When her father asked her if the offer suited her, she replied, “Yes, father and godmother, provided that Sylvestre Ker gives me a gown of cloth of silver embroidered with rubies, like that of the Lady of Lannelar, and that Pol Bihan may be our groomsman.”
Pol, who was there, also laughed, and said, “I will assuredly be groomsman to my friend Sylvestre Ker, if he consents to give me a velvet mantle striped with gold, like that of the Castellan of Gâvre, the Lord of Carnac.”
Whereupon Josserande returned to the tower, and said to her son, “Ker, my darling, I advise you to choose another friend and another bride; for those two are not worthy of your love.”
But the young man began to sigh and groan, and answered, “No friendship or love will I ever know except for Pol, my dear comrade, and Matheline, your god-daughter, my beautiful playfellow.”
And Josserande having told him of the two new pearls that Matheline had shown in the back of her mouth, nothing would do but he must hurry to Coat-Dor to try and see them, also.
On the road from the tower to the farm of Coat-Dor is the Point of Hinnic, where the grass is salt, which makes the cows and rams very fierce while they are grazing.
As Sylvestre Ker walked down the path at the end of which is the Cross of St. Cado, he saw, on the summit of the promontory, Pol and Matheline strolling along, talking and laughing; so he thought,—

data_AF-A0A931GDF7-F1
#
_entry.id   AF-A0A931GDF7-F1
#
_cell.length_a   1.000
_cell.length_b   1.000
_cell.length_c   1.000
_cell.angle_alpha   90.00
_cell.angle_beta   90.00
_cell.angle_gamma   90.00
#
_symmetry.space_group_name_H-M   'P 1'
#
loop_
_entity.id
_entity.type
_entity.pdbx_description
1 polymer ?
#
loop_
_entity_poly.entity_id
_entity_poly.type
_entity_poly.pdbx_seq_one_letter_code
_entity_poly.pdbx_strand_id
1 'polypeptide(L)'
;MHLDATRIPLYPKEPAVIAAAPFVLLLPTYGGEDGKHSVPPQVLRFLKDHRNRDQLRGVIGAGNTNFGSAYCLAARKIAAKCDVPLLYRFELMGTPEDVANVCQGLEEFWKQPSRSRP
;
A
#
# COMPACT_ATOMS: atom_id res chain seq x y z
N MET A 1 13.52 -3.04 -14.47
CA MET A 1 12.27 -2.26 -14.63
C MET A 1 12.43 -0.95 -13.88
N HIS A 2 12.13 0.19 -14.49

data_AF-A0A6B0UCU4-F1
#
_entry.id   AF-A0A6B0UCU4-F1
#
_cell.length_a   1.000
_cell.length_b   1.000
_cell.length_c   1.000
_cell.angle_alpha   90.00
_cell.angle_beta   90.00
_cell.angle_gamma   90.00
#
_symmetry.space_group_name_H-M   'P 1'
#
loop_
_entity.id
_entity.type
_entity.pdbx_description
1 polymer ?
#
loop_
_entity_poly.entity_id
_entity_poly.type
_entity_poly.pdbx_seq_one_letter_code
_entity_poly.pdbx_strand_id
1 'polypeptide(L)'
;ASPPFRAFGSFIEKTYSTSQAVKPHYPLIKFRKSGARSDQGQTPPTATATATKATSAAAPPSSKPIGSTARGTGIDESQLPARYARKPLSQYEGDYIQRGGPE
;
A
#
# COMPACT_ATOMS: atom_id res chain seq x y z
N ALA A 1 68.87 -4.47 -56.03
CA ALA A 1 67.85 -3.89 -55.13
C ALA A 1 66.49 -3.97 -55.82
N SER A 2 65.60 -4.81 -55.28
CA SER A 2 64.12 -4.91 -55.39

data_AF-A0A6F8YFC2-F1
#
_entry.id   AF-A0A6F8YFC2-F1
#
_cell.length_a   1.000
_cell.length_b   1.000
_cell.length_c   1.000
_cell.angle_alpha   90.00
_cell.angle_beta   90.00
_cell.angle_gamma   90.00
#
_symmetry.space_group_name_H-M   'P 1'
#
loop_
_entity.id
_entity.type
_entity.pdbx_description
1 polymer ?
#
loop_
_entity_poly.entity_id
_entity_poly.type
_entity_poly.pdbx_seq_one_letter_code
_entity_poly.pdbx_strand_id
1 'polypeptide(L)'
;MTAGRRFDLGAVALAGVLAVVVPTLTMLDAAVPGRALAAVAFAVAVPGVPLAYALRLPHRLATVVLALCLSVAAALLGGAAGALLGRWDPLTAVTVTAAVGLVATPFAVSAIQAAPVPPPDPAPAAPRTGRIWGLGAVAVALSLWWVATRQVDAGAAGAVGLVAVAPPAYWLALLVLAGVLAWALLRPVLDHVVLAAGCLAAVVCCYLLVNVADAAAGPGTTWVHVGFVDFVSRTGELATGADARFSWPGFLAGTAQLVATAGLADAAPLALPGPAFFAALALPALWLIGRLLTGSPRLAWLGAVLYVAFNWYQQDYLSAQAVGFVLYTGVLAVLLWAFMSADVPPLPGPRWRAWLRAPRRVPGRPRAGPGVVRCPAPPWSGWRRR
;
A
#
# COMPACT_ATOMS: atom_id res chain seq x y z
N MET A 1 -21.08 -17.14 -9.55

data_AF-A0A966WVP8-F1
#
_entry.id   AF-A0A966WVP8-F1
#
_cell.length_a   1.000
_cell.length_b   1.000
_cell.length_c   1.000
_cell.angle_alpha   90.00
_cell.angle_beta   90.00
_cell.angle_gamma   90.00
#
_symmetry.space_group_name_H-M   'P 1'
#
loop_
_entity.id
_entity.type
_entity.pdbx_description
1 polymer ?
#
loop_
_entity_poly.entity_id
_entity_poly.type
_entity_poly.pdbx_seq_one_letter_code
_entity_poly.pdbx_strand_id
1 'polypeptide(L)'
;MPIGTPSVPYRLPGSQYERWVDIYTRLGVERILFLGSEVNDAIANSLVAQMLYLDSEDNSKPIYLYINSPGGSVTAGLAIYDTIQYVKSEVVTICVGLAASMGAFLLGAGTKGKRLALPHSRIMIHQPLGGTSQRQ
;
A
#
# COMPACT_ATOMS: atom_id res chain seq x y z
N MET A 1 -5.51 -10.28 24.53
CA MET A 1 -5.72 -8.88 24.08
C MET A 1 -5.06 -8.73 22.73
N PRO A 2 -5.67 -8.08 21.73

“I need not go far to see Matheline’s two pearls.”
And, in fact, the girl’s merry laughter could be heard below, for it always burst forth if Pol did but open his lips. When, lo, and behold! a huge old ram, which had been browsing on the salt grass, tossed back his two horns, and, fuming at the nostrils, bleated as loud as the stags cry when chased, and rushed in the direction of Matheline’s voice; for, as every one knows, the rams become furious if laughter is heard in their meadow.
He ran quickly, but Sylvestre Ker ran still faster, and arrived the first by the girl, so that he received the shock of the ram’s butting while protecting her with his body. The injury was not very great, only his right eye was touched by the curved end of one of the horns when the ram raised his head, and thus Sylvestre Ker became one-eyed.
The ram, prevented from slaughtering Matheline, dashed after Pol Bihan, who fled; reached him just at the end of the cliff, and pushed him into the sea, that beat against the rocks fifty feet below.